• Attempted logins or other use of systems with any account name/password
  • Use of exploit code for leveraging discovered vulnerabilities
  • Password cracking via capture and scanning of authentication databases
  • Buffer overruns/underruns
  • Spoofing or deceiving servers regarding network traffic
  • Alteration of running system configuration except where denial of service would result
  • Adding user accounts

Whether it’s disgruntled workers, previously terminated employees, or someone trying to steal trade secrets, there are lots of potential internal threats. Did you know that, on average, it only takes 16 minutes before the first employee clicks on a phishing email? Even without malicious intent, simple configuration issues or employee mishaps can also result in a network compromise, leading to the majority of attacks originating from within. That’s why internal network penetration testing targets the networked environment that lies behind public-facing devices. This type of penetration test is designed to identify and exploit issues that can be discovered by an attacker who has gained access to your internal network. Internal subnets, domain servers, file servers, printers, switches – it’s all in play during internal network penetration testing. Penetration testers will assess your internal network and thoroughly look for any avenue that could lead to exploitation.

How is Network Penetration Testing Performed?

Network penetration testing at KirkpatrickPrice begins with information gathering and the reconnaissance phase, where the organization being tested will provide the penetration tester with general information about in-scope targets, plus the penetration tester collects additional details from publicly accessible sources. Our penetration testers are looking for vulnerable ports and services that will allow them to gain entry into the network, similar to an open door or window on a house that is supposed to be locked. The reconnaissance phase is crucial to thorough network penetration testing because penetration testers can identify additional information that may have been overlooked, unknown, or not provided.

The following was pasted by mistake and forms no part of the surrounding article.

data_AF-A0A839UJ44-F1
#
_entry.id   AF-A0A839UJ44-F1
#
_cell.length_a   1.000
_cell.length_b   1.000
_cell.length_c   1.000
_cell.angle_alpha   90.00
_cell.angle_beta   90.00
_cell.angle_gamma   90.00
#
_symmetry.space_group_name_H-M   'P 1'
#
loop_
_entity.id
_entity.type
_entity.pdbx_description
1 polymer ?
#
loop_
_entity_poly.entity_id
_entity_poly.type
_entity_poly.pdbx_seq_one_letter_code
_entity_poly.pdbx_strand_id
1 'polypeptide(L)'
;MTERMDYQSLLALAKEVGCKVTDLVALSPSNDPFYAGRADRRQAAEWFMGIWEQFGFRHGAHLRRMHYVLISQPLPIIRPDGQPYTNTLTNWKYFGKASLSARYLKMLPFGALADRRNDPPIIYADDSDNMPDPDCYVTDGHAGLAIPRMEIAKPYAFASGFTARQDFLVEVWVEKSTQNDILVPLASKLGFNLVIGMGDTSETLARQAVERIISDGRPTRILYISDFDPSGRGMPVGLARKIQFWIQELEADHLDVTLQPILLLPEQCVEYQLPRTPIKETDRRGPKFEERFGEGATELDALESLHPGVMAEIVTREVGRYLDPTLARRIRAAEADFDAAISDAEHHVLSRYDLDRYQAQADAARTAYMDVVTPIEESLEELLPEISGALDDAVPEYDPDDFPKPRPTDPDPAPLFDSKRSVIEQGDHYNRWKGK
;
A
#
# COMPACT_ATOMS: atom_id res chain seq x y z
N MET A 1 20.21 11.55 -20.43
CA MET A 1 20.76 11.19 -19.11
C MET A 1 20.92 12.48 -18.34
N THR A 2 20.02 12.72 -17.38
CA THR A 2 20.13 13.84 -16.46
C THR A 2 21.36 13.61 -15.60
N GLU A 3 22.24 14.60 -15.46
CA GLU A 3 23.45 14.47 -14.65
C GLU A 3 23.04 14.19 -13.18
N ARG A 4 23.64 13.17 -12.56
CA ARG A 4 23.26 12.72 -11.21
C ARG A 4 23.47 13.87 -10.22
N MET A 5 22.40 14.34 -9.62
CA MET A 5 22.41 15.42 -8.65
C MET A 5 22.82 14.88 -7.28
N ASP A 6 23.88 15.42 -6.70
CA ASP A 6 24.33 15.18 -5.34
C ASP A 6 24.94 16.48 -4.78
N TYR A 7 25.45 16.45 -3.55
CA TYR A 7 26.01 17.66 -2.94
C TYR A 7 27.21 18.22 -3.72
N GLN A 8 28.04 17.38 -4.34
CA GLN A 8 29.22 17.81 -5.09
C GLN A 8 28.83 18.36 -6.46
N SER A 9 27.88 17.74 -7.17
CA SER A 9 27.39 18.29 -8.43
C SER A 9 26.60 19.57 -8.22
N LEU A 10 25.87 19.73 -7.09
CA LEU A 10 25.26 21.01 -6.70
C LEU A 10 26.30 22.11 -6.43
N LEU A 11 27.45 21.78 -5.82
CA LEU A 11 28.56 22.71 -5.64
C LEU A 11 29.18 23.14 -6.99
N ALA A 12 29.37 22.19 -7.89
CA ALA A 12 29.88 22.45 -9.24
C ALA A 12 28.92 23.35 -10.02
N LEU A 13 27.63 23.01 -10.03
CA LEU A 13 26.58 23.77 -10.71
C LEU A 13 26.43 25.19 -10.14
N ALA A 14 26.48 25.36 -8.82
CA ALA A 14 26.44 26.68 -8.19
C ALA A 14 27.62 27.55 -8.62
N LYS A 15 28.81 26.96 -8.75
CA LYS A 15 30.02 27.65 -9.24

Then, a vulnerability assessment is performed where our expert penetration testers utilize multiple tools to gain initial knowledge. A vulnerability assessment is not a replacement for a network penetration test, though. After interpreting those results, our expert penetration testers will use manual techniques, human intuition, and their backgrounds in network administration to attack those vulnerabilities. After the completion of the network penetration testing, you will receive a comprehensive report with narratives of where we started the testing, how we found vulnerabilities, and how we exploited them.

KirkpatrickPrice’s network penetration testing methodologies are unique and efficient because they do not rely on static techniques and assessment methods. Effective penetration testing requires a diligent effort to find enterprise weaknesses, just like a malicious individual would. Our advanced, network penetration testing methodology is derived from various sources including the OSSTMM, Information Systems Audit Standards, CERT/CC, the SANS Institute, NIST, and OWASP. Our team of highly skilled penetration testers have backgrounds specifically in systems and network administration and understand the complexities of protecting your network. This works to our advantage so that we can identify the areas that are the most difficult to defend.

What is network penetration testing and how could it defend your organization? If you want to avoid the consequences of a compromised network while working with an expert ethical hacker, contact us today.

More Network Penetration Testing Resources

7 Reasons Why You Need a Manual Penetration Test

Components of a Quality Penetration Test

How Can Penetration Testing Protect Your Assets?